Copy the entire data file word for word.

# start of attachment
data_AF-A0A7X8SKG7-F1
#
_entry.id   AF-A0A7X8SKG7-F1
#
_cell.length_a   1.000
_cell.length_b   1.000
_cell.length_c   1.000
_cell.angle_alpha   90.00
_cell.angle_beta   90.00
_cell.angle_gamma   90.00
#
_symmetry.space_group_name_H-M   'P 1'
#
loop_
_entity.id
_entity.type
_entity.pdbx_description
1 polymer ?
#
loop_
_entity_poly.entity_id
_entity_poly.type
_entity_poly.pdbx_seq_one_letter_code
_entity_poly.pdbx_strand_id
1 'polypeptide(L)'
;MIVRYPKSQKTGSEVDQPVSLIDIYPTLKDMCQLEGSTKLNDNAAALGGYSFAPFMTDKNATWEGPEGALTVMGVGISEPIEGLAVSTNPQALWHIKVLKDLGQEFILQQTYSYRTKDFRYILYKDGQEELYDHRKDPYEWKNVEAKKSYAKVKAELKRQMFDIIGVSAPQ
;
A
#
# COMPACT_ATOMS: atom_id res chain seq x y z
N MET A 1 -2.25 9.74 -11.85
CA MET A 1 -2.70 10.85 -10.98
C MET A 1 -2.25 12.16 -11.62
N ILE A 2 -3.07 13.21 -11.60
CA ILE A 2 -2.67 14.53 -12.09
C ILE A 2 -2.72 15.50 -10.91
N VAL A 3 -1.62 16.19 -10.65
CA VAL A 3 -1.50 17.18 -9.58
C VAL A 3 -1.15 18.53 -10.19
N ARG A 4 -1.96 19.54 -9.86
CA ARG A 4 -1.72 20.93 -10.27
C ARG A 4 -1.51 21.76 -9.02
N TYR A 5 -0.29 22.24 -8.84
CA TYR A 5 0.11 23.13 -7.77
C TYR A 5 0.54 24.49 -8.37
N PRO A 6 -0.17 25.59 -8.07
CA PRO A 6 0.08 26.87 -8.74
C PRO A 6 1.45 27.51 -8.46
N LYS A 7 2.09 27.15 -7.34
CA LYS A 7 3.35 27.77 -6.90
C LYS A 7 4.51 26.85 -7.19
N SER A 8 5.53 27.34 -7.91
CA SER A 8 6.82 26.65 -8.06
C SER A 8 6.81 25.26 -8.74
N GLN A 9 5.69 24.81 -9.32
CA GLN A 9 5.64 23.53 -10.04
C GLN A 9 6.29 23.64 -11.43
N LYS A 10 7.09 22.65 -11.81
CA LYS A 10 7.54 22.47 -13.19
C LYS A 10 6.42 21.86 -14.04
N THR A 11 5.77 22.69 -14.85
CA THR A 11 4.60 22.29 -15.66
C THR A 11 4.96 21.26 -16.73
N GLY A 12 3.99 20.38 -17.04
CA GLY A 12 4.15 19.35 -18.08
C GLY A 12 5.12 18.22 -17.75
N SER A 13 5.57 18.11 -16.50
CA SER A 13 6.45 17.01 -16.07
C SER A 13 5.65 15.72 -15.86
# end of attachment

data_AF-A0A7X8SKG7-F1
#
_entry.id   AF-A0A7X8SKG7-F1
#
_cell.length_a   1.000
_cell.length_b   1.000
_cell.length_c   1.000
_cell.angle_alpha   90.00
_cell.angle_beta   90.00
_cell.angle_gamma   90.00
#
_symmetry.space_group_name_H-M   'P 1'
#
loop_
_entity.id
_entity.type
_entity.pdbx_description
1 polymer ?
#
loop_
_entity_poly.entity_id
_entity_poly.type
_entity_poly.pdbx_seq_one_letter_code
_entity_poly.pdbx_strand_id
1 'polypeptide(L)'
;MIVRYPKSQKTGSEVDQPVSLIDIYPTLKDMCQLEGSTKLNDNAAALGGYSFAPFMTDKNATWEGPEGALTVMGVGISEPIEGLAVSTNPQALWHIKVLKDLGQEFILQQTYSYRTKDFRYILYKDGQEELYDHRKDPYEWKNVEAKKSYAKVKAELKRQMFDIIGVSAPQ
;
A
#
# COMPACT_ATOMS: atom_id res chain seq x y z
N MET A 1 -2.25 9.74 -11.85
CA MET A 1 -2.70 10.85 -10.98
C MET A 1 -2.25 12.16 -11.62
N ILE A 2 -3.07 13.21 -11.60
CA ILE A 2 -2.67 14.53 -12.09
C ILE A 2 -2.72 15.50 -10.91
N VAL A 3 -1.62 16.19 -10.65
CA VAL A 3 -1.50 17.18 -9.58
C VAL A 3 -1.15 18.53 -10.19
N ARG A 4 -1.96 19.54 -9.86
CA ARG A 4 -1.72 20.93 -10.27
C ARG A 4 -1.51 21.76 -9.02
N TYR A 5 -0.29 22.24 -8.84
CA TYR A 5 0.11 23.13 -7.77
C TYR A 5 0.54 24.49 -8.37
N PRO A 6 -0.17 25.59 -8.07
CA PRO A 6 0.08 26.87 -8.74
C PRO A 6 1.45 27.51 -8.46
N LYS A 7 2.09 27.15 -7.34
CA LYS A 7 3.35 27.77 -6.90
C LYS A 7 4.51 26.85 -7.19
N SER A 8 5.53 27.34 -7.91
CA SER A 8 6.82 26.65 -8.06
C SER A 8 6.81 25.26 -8.74
N GLN A 9 5.69 24.81 -9.32
CA GLN A 9 5.64 23.53 -10.04
C GLN A 9 6.29 23.64 -11.43
N LYS A 10 7.09 22.65 -11.81
CA LYS A 10 7.54 22.47 -13.19
C LYS A 10 6.42 21.86 -14.04
N THR A 11 5.77 22.69 -14.85
CA THR A 11 4.60 22.29 -15.66
C THR A 11 4.96 21.26 -16.73
N GLY A 12 3.99 20.38 -17.04
CA GLY A 12 4.15 19.35 -18.08
C GLY A 12 5.12 18.22 -17.75
N SER A 13 5.57 18.11 -16.50
CA SER A 13 6.45 17.01 -16.07
C SER A 13 5.65 15.72 -15.86